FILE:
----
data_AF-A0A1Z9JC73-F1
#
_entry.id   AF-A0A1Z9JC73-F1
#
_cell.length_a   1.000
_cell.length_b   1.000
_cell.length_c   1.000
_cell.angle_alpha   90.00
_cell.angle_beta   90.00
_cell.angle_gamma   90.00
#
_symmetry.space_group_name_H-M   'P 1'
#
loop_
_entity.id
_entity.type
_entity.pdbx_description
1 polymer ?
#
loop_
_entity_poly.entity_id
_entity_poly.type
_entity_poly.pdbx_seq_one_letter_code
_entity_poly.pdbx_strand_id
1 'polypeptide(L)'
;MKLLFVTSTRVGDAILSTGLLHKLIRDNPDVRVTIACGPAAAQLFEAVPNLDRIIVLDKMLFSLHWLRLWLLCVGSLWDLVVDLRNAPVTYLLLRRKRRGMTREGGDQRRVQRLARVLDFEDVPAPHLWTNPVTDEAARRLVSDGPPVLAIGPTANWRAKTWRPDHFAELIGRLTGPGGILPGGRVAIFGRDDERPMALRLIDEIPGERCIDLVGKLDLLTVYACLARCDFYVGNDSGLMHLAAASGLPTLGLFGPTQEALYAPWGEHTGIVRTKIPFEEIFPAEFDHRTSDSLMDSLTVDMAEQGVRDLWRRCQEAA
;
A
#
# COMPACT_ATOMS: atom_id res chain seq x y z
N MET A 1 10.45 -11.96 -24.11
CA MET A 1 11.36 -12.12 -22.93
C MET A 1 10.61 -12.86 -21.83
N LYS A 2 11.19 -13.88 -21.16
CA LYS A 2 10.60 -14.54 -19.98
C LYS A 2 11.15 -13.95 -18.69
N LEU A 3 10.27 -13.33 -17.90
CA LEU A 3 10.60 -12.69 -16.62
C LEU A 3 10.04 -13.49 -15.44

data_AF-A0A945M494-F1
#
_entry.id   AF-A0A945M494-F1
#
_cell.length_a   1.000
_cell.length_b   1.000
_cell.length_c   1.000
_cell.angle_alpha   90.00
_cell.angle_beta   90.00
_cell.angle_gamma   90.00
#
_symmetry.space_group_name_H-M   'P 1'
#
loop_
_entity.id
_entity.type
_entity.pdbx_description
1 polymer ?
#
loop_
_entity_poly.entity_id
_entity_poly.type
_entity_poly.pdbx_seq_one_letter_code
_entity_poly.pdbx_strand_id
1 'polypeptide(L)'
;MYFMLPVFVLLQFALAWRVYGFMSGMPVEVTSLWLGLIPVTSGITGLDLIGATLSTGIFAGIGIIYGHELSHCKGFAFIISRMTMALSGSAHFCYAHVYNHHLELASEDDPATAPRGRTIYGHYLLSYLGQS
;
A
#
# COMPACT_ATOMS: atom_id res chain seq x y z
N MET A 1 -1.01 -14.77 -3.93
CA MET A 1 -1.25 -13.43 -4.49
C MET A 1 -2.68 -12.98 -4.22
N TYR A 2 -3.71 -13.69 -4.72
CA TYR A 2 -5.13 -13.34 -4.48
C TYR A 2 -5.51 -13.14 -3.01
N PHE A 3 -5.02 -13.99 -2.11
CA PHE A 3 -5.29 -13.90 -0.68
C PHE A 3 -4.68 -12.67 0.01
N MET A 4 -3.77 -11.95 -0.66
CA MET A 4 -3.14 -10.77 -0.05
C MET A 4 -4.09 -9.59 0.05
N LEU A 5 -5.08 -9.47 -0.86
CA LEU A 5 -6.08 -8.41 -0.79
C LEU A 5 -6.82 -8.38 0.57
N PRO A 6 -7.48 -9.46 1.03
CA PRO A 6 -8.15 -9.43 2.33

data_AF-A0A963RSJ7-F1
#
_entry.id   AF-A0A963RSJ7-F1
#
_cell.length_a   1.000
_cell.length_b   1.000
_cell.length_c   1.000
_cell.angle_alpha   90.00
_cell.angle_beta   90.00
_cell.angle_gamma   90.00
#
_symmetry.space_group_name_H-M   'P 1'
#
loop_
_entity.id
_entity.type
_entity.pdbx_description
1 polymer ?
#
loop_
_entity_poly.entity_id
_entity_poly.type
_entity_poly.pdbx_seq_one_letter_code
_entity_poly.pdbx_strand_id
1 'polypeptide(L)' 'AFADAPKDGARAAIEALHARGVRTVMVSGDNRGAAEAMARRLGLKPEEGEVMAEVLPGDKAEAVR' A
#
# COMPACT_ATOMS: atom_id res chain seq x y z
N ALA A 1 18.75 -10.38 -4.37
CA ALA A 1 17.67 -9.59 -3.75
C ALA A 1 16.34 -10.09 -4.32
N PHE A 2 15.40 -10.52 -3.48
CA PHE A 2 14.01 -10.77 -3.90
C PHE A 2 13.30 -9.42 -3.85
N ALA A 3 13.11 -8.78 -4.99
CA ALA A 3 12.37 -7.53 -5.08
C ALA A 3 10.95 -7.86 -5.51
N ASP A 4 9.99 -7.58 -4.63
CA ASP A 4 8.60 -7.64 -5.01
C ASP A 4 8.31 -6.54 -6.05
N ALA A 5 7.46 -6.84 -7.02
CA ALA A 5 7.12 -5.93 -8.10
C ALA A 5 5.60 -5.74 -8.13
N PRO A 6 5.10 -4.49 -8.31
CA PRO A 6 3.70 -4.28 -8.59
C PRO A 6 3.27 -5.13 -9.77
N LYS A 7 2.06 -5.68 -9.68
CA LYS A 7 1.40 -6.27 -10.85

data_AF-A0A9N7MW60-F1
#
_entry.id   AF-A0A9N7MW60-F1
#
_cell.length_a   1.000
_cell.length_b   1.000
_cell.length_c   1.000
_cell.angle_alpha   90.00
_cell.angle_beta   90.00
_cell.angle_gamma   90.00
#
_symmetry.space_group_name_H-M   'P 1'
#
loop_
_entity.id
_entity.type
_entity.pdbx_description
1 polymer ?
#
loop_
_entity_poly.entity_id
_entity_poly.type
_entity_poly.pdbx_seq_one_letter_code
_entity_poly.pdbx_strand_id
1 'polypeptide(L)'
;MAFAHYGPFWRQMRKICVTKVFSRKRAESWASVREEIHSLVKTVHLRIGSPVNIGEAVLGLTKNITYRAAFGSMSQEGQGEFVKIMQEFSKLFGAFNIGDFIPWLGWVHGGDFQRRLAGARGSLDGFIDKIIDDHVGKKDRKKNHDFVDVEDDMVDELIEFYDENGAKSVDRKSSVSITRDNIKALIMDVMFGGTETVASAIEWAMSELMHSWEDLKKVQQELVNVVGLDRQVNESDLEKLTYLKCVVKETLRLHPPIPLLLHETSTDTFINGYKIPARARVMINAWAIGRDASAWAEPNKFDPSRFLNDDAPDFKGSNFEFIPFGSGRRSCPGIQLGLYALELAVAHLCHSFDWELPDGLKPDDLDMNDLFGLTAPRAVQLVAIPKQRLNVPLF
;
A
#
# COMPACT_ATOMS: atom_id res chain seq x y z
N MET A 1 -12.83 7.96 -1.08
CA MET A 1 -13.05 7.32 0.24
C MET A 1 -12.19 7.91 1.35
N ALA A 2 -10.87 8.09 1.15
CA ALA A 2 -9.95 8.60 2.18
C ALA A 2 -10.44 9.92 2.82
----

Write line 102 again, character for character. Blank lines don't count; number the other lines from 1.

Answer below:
_entity.type